Dealing with Culture Shock: The Good, The Bad and The Ugly

Matthew MacLachlan

23 Aug 2016

Your company has offered you an attractive relocation to an appealing destination. It’s the perfect fit for you and your career. Your family is on board with the offer, your partner has a career that can be continued elsewhere and your children seem ready for the adventure.

But has anyone told you to prepare for the inevitable culture shock that you and your family will face? Dealing with culture shock is possible when well prepared. Read on for practical tips.

Dealing with culture shock

Your relocation company has advised you about what you can and cannot ship to your new country. The initial paperwork is being taken care of so you can legally make your move and start your new job. Each member of your family has a survival phrasebook of the language spoken in your new country. You and your family are ready to go. So what can go wrong? Lots! Read on…

Culture Shock – Quick Definition

Culture shock happens to most expatriates. Sometimes it is amusing

Culture shock happens to most expatriates. Sometimes it is amusing. Sometimes it is a nuance that is easy to adapt to. Sometimes things are simply different.

But other times it is an irritation or worse – an experience unpleasant enough to make you wonder if you have made the right decision to leave the comforts of home for a place that doesn’t fit with your lifestyle or your values quite as well as you thought.

Dealing with culture shock is one of the key challenges an international assignee and his/her family face. It doesn’t go away – it needs to be faced head on.

Expectations and Realities

In an article published in Business Insider UK, an American expatriate highlights some of her observations when she relocated to France. Although many of her observations might seem simplistic to some and obvious to others, they were nevertheless real to her.

And, even if her observations seem elementary on the surface, they illustrate a series of issues that commonly arise when relocating to another country and experiencing culture shock, whether you are an American moving to France or to China.

Cultural Characteristics

  • Priorities

Our American expatriate found France to have very different attitudes toward meal times:

  • They were at times different to her expectations – the French don’t eat dinner at 5pm
  • The French also value lunchtime and, rather than eat a sandwich at their desk, they go out for their lunch hour and – have lunch

With these examples, our expat is illustrating many cultural characteristics that are different to hers. These include work-life balance, the relative importance and priorities of everyday lifestyle choices, and even the pace of an ordinary day.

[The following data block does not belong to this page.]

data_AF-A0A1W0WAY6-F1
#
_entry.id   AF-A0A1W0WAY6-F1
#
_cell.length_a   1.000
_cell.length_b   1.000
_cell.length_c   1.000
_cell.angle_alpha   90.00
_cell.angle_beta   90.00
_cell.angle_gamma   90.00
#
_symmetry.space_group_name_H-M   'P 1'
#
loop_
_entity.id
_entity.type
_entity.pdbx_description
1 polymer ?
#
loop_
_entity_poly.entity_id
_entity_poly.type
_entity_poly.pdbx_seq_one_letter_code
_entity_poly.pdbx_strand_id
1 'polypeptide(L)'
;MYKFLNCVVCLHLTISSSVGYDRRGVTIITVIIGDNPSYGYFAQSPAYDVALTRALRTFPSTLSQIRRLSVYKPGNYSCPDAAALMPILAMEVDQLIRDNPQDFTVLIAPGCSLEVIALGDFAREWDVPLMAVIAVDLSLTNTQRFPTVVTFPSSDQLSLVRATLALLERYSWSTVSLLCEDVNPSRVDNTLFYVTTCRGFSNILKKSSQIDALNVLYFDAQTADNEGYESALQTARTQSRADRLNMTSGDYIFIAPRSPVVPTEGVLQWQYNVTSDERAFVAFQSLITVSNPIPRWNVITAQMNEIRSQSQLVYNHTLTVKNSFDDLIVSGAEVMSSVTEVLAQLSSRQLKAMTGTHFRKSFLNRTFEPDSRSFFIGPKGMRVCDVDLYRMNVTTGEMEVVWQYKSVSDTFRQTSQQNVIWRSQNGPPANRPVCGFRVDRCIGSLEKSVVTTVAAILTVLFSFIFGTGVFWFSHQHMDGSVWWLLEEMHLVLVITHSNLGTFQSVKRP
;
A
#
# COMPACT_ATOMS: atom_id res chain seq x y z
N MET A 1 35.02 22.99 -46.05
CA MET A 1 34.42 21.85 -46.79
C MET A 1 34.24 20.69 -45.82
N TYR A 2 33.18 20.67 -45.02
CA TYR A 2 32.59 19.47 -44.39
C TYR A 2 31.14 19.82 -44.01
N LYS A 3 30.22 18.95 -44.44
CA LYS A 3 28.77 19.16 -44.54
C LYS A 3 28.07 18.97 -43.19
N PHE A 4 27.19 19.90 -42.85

• Space

Our American expatriate observed, from her perspective, parking spaces are tight and not always easily found. Here, she is illustrating her expectations of space and perhaps convenience.

Many readers would find it interesting that she is mentioning driving a car in Paris in the first place and question her need/choice to do so. This may also reflect on her sense of individualism.

  • Individualism

Some Americans can be described as inward looking, showing little knowledge of how things can work abroad

The issue of individualism and collective responsibility is also raised through her observations of the French medical system. Coming from the US, where the availability of medical care is only now starting to expand to more of its citizens, our expat expressed culture shock at how accessible health care is in France, alongside her astonishment about the excellent quality of care and the reasonable costs for medication.

In addition, some Americans can be described as inward looking, showing little knowledge of how things can work abroad and showing surprise if they appear to be better than ‘back home’.

  • Status

Showing status was also nicely illustrated in the article. Our expat noted the difference between the importance of appearance and grooming in public as well – her expectations of running errands in very casual clothing – as the relative paucity of owning lots of ‘stuff’ and the lack of a WalMart equivalent in France (although she must not have ventured out very often to some of the Parisian suburbs).

Our expat noted the difference between the importance of appearance and grooming in public as well

  • Rules

In our final example, our American expatriate discovered that cultures might also have different attitudes to following the rules. Her caution about not relying on pedestrian rights in Parisian traffic is justified.

Her expectations that these rules would naturally be followed are probably because, in the US, this would be the case.

Dealing with Culture Shock – Your Cultural Lens

It can be easy to gently mock some of our expat’s observations. Maybe they are not as profound as other culture combinations might note. Would a French expat place the same importance on these same issues in the US?

The manifestation of culture shock and how it is interpreted by people varies from person to person and from place to place. We all have our own cultural lens through which we see and judge the world.

And in a rapidly globalising world, organisations will continue to benefit and offer support to employees who see the world through different lenses and help them see one another more clearly.

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